Deeper fall in PH GDP seen as COVID-19 quarantine further extended
MANILA, Philippines — Extending the general community quarantine (GCQ) in Metro Manila and neighboring provinces that host the bulk of the country’s economic activities until this month’s end while COVID-19 infections continued to increase could shrink the economy by up to 8 percent this year, London-based Capital Economics said.
“I don’t know if it will deepen the recession; it probably will level it off,” Finance Secretary Carlos G. Dominguez III said Thursday when asked to comment about the retention of GCQ in most areas that comprised two-thirds of domestic gross domestic product (GDP).
“But certainly, it will not pull us up,” added Dominguez, who heads the Duterte administration’s economic team.
Under a GCQ, three-fourths of economic activities already resumed—a reversal of the situation under the enhanced community quarantine (ECQ) imposed in Luzon and other parts of the country with high COVID-19 cases from mid-March to May, which put a halt to 75 percent of the economy and shed millions of jobs.
Earlier estimates of the state planning agency National Economic and Development Authority (Neda) placed output losses during the first 45 days of ECQ at P1.1 trillion or 5.6 percent of GDP.
As such, the Philippines slipped into a recession during the first half of the year, as the 0.2-percent GDP contraction in the first quarter was expected to have been followed by a faster slide during the second quarter.
President Rodrigo Duterte’s economic managers had been pushing for a gradual resumption of the economy, under minimum health standards, to resume jobs as well as business and consumer confidence.
Dominguez said the economic team was “currently reviewing the emerging figures” to determine if their earlier projection of 2-3.4 percent GDP contraction for 2020 still reflected the current situation.
In a report, Capital Economics said “a long lockdown, which has now been in place for four months, and inadequate fiscal support will delay the recovery in the Philippines.”
“The Philippines is likely to be one of the hardest-hit countries in the region by the pandemic. We have downgraded our forecast and now think the economy will contract by 8 percent this year,” Capital Economics added.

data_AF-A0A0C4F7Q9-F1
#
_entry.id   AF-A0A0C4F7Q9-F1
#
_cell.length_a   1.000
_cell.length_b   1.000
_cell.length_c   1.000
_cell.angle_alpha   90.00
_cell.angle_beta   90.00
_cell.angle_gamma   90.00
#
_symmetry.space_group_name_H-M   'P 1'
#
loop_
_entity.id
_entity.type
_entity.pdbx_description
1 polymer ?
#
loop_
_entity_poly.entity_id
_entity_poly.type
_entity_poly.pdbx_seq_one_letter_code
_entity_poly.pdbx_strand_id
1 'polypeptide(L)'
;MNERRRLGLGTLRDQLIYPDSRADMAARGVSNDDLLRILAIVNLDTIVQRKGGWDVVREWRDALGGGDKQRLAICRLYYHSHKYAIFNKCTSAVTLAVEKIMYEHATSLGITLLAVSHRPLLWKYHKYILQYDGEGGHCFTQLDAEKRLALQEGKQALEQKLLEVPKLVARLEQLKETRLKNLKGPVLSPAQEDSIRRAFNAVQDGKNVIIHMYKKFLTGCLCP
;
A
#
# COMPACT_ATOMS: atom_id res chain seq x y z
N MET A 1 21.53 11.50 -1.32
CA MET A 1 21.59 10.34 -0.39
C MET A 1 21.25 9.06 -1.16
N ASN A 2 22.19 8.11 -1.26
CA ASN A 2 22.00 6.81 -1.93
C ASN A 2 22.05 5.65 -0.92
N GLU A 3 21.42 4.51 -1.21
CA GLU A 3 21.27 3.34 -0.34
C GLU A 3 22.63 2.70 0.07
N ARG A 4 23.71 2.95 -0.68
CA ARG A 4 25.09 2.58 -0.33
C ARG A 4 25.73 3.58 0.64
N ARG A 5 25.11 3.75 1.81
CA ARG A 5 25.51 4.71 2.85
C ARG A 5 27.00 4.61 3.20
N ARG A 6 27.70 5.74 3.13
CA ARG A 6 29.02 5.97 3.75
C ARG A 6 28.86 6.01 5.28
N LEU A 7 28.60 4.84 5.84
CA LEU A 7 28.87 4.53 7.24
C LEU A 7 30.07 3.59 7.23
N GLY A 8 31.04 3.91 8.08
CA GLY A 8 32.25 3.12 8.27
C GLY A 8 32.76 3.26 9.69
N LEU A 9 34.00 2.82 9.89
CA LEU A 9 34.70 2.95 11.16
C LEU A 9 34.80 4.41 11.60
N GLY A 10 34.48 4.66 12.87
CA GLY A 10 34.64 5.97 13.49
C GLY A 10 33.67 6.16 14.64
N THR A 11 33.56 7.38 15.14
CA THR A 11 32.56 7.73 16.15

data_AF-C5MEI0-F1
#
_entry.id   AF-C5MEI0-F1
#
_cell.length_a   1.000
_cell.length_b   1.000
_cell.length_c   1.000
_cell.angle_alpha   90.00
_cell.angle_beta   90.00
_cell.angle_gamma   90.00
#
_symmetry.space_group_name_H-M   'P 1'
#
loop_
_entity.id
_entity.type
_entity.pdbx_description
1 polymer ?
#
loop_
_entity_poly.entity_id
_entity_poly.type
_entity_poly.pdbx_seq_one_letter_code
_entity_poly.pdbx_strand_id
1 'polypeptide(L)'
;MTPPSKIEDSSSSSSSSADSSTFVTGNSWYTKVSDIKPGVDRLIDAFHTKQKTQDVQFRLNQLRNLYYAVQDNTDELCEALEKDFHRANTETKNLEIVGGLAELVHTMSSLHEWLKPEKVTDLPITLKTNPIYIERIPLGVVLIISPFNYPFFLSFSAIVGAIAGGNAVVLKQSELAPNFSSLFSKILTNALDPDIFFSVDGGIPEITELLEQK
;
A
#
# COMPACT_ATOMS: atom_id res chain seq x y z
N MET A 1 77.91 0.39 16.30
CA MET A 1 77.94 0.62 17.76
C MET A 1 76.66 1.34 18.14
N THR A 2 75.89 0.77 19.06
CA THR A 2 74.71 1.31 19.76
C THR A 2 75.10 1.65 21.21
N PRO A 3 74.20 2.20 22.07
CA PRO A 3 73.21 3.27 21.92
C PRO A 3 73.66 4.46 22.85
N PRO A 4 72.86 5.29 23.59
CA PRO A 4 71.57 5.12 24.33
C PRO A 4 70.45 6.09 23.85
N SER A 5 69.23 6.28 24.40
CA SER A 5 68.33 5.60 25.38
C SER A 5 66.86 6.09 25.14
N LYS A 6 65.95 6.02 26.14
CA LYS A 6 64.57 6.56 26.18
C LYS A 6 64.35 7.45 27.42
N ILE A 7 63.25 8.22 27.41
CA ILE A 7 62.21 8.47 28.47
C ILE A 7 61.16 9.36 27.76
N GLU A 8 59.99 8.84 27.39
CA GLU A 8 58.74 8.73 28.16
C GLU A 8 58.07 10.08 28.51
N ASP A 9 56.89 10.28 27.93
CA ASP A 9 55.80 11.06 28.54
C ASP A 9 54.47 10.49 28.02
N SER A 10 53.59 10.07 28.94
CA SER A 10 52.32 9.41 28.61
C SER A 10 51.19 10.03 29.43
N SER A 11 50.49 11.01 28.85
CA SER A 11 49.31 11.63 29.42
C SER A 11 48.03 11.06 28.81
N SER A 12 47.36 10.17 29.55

Capital Economics’ previous forecast was a 6-percent dive in GDP in 2020.
Capital Economics lamented that even as the Philippines had among the most stringent COVID-19 lockdowns in the region, “there are few signs that the virus is being brought under control.”
“Failure to contain the virus means that people will be slow to resume their normal lives. The lengthy lockdown is likely to have done substantial lasting damage to the labor market and household balance sheets. Recent data show a huge surge in unemployment and inactivity. Many households are likely to have already burnt through their savings and seen their debt burdens grow. This will weigh on demand long after restrictions are fully lifted,” Capital Economics said.
For Capital Economics, “the level of fiscal support has been inadequate,” which it estimated at only about 3 percent of GDP.
“The government’s stimulus package is small considering the scale of the economic shock. What’s more, spending has been slow to reach the people most in need. Many jobs will have been lost and businesses will have folded that might otherwise have been saved,” according to Capital Economics.
For the long-term, Capital Economics also said “we think political uncertainty will drag on prospects in the Philippines and Thailand.”
In a separate July 15 report titled “EM Challenges: Tourism Comes to a Halt,” the Washington-based Institute of International Finance (IIF) said that since “tourism accounts for a substantial share of employment in a number of large emerging markets such as Mexico, Thailand, and the Philippines… the economic impact may reach dramatic levels in many countries.”
Based on the IIF’s baseline scenario of a two-thirds decline in international tourism this year, the Philippines’ GDP would drop by about 2 percent from last year, as its tourism sector accounted for around 6 percent of total employment in 2019.
The IIF had projected the Philippine economy to shrink year-on-year during all four quarters of 2020 and end 2020 with 3-percent contraction.
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